Yesterday’s blog post turned out to be quite timely. Today, the Prince Edward Island provincial government announced changes to reproductive health services for Island women.
In a press conference this morning they announced that they had reached an agreement with the Moncton Hospital to provide direct abortion services to Island women.
Here is what is changing (as of July 1st):
– Women may call the Moncton Hospital directly to schedule an appointment for an abortion
– Women are no longer required to obtain a doctor’s referral or associated preliminary steps (presumably bloodwork, ultrasounds)
– A toll-free telephone line will be established so that women may call the Moncton Hospital directly and receive information about abortion services
– The government has pledged to make more information regarding reproductive health available online and at key access points
Here is what is not changing:
– Women are still unable to receive abortion services on PEI
– Transportation costs associated with traveling off Island to obtain an abortion are still not covered, though vague references to travel programs were mentioned during the press conference
– Eliminating the need for Island women to obtain a doctor’s referral and the associated tests is a significant step that should (I think) eliminate some key difficulties in accessing abortion services
– Similarly, offering more information via Health PEI on how to obtain abortion services is a welcome step forward
– However, these changes still feel minimal. The most obvious barrier to access – the lack of services available on the Island – persists.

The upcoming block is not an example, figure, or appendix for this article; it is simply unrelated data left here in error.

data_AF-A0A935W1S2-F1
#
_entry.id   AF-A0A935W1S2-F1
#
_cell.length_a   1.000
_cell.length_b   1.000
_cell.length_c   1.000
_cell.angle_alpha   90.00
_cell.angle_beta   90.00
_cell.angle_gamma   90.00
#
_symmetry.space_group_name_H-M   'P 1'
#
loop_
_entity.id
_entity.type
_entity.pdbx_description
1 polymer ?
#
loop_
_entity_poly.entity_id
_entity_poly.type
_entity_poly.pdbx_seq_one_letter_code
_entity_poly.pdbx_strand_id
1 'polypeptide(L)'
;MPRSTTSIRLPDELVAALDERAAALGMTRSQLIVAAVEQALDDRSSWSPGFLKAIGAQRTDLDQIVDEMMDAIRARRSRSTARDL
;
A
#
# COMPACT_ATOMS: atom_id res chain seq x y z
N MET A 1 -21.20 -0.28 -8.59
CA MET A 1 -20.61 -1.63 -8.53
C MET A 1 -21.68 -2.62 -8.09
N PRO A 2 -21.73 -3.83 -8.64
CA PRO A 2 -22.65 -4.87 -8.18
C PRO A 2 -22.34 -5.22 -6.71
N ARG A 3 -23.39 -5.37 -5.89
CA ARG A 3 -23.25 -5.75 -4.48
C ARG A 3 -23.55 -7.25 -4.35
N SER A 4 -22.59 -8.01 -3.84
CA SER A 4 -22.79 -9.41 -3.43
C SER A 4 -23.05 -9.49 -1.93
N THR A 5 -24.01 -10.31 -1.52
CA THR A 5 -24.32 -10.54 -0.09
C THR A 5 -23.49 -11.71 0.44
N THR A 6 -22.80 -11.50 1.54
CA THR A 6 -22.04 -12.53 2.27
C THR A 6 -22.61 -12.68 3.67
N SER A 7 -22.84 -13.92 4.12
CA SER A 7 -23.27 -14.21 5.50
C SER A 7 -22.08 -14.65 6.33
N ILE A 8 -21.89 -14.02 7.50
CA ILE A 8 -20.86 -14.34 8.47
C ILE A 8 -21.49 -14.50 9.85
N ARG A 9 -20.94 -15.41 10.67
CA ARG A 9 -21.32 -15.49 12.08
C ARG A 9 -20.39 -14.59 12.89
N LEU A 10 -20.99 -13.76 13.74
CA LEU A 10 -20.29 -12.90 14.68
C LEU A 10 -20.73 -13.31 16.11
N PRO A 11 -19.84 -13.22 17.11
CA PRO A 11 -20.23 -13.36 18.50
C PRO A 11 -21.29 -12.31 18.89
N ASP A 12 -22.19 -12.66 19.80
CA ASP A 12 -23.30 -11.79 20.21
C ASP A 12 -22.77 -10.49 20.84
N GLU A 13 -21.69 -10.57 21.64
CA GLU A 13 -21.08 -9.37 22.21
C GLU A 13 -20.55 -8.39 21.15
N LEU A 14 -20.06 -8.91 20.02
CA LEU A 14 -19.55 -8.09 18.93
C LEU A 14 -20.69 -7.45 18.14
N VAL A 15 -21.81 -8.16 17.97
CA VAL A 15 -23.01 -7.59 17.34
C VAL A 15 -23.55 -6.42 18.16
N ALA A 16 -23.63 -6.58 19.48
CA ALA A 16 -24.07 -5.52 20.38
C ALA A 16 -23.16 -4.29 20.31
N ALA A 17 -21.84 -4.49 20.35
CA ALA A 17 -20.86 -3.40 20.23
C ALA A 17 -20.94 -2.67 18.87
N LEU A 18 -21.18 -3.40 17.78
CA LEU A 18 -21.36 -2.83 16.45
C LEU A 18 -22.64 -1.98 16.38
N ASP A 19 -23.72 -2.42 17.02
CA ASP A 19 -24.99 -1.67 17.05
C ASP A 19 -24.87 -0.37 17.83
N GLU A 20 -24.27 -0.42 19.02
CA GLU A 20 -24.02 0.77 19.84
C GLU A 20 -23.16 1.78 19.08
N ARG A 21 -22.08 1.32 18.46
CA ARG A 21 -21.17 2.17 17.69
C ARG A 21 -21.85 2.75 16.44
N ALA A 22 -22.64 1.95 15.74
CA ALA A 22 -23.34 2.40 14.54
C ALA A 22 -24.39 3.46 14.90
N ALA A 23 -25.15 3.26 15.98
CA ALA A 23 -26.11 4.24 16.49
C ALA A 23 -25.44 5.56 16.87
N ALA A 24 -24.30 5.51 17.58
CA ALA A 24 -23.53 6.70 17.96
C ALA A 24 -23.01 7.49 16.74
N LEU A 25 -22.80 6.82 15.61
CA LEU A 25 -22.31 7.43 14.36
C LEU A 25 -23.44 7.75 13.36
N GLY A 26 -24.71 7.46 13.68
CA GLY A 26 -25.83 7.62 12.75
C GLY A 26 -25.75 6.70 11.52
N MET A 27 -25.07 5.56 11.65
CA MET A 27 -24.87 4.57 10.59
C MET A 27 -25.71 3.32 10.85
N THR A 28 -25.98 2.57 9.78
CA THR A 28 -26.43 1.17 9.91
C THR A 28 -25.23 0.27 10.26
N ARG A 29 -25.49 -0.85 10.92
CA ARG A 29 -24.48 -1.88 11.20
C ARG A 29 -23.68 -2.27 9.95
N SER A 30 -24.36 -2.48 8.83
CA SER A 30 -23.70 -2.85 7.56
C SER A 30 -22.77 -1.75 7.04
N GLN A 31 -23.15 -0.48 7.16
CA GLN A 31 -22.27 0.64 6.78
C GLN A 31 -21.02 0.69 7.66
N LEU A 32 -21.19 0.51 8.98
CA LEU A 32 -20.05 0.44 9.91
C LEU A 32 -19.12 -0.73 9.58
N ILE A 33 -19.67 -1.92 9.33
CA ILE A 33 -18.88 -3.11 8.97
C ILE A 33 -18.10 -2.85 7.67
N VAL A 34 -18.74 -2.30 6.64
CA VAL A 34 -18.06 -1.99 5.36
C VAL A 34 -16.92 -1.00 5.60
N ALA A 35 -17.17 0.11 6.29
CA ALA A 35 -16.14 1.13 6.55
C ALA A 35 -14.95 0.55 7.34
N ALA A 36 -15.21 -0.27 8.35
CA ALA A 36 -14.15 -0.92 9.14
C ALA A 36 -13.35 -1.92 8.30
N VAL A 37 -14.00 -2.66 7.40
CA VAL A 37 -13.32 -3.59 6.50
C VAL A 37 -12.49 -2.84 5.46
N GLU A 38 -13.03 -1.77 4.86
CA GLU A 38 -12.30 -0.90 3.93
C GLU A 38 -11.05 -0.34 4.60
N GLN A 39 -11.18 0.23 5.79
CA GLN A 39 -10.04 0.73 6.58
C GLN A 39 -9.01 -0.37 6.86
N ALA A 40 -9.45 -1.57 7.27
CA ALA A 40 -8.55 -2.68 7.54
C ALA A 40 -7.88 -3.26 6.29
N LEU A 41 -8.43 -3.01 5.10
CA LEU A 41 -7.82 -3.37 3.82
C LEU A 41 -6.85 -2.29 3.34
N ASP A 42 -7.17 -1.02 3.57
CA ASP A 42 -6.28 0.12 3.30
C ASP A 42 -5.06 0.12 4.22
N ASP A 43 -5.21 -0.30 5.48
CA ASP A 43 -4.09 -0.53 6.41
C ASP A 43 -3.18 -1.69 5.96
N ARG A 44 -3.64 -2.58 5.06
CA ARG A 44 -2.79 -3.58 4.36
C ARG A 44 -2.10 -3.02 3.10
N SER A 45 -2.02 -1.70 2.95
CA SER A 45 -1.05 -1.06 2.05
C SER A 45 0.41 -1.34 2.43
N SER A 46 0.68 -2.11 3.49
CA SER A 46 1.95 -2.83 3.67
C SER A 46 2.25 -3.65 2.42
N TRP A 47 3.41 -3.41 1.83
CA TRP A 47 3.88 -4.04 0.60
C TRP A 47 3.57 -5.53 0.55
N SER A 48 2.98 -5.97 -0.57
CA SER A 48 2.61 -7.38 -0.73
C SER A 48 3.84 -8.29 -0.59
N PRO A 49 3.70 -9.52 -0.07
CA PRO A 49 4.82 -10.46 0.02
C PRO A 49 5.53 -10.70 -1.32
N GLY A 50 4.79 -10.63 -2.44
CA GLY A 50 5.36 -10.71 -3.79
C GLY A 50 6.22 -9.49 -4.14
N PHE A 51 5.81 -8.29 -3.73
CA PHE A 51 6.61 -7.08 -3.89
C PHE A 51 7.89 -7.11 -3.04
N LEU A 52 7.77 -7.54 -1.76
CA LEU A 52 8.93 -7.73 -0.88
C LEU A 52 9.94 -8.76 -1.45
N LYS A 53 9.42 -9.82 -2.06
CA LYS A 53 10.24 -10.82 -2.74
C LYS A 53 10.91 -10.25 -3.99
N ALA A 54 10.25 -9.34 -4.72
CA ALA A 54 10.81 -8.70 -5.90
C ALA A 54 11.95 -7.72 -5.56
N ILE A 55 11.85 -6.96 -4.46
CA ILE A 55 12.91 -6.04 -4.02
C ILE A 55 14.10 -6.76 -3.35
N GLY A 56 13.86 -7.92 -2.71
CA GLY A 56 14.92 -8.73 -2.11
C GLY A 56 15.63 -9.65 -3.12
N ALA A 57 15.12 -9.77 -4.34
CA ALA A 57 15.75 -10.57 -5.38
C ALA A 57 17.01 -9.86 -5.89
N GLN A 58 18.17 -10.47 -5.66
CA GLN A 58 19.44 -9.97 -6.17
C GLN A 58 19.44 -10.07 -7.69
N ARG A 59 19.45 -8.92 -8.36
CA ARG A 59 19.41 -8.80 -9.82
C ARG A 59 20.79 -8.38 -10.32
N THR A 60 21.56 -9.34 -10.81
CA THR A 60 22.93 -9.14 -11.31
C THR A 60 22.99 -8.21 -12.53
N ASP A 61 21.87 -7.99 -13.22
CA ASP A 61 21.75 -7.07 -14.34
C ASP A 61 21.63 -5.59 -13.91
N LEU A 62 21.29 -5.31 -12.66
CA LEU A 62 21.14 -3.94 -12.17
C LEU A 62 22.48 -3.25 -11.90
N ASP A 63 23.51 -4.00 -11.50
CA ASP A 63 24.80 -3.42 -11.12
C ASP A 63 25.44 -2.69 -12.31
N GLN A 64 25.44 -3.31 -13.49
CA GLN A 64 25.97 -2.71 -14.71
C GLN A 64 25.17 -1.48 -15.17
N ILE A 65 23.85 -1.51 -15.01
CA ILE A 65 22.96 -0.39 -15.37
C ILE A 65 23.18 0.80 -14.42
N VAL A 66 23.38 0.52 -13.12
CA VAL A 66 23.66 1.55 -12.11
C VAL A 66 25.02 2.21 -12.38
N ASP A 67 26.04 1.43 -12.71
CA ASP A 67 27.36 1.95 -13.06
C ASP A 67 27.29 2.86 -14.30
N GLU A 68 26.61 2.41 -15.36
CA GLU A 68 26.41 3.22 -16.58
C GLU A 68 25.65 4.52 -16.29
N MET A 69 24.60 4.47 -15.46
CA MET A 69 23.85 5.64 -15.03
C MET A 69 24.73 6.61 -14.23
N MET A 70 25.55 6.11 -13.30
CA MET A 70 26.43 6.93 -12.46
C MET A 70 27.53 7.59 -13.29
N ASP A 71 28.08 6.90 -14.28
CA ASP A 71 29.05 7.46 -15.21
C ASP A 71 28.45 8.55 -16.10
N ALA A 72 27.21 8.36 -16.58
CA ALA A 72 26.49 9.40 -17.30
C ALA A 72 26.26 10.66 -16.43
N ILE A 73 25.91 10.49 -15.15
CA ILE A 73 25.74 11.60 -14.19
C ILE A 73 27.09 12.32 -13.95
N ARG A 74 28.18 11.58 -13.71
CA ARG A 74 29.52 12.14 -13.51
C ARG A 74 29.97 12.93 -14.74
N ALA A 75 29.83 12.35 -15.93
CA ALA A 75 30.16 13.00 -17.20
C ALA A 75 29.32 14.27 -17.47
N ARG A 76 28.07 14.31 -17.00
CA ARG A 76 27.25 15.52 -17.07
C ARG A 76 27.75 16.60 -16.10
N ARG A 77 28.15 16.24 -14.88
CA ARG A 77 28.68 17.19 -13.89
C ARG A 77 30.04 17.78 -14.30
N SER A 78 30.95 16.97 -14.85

– Throughout the press conference, politicians refused to speak to why abortion services will not be offered on PEI. This is deeply frustrating and suggests that they are more interested in appeasing the increasingly vocal pro-choice advocates than truly transforming reproductive health for Island women.
– Still, the PEI Status of Women is optimistic:
– I think the PEI Status of Women raises an excellent point – the fact that the newly elected government felt pressure to respond to citizens’ concerns regarding access to the full-range of reproductive health services is important and encouraging. In fact, Paula Biggar, the minister responsible for the status of women, acknowledged that she had read testimony of Island women who have sought abortion services. Although she didn’t reference it by name, it seemed clear that she as referring to The Sovereign Uterus project that I blogged about yesterday. So while their offer is not enough, it’s a small but meaningful step forward.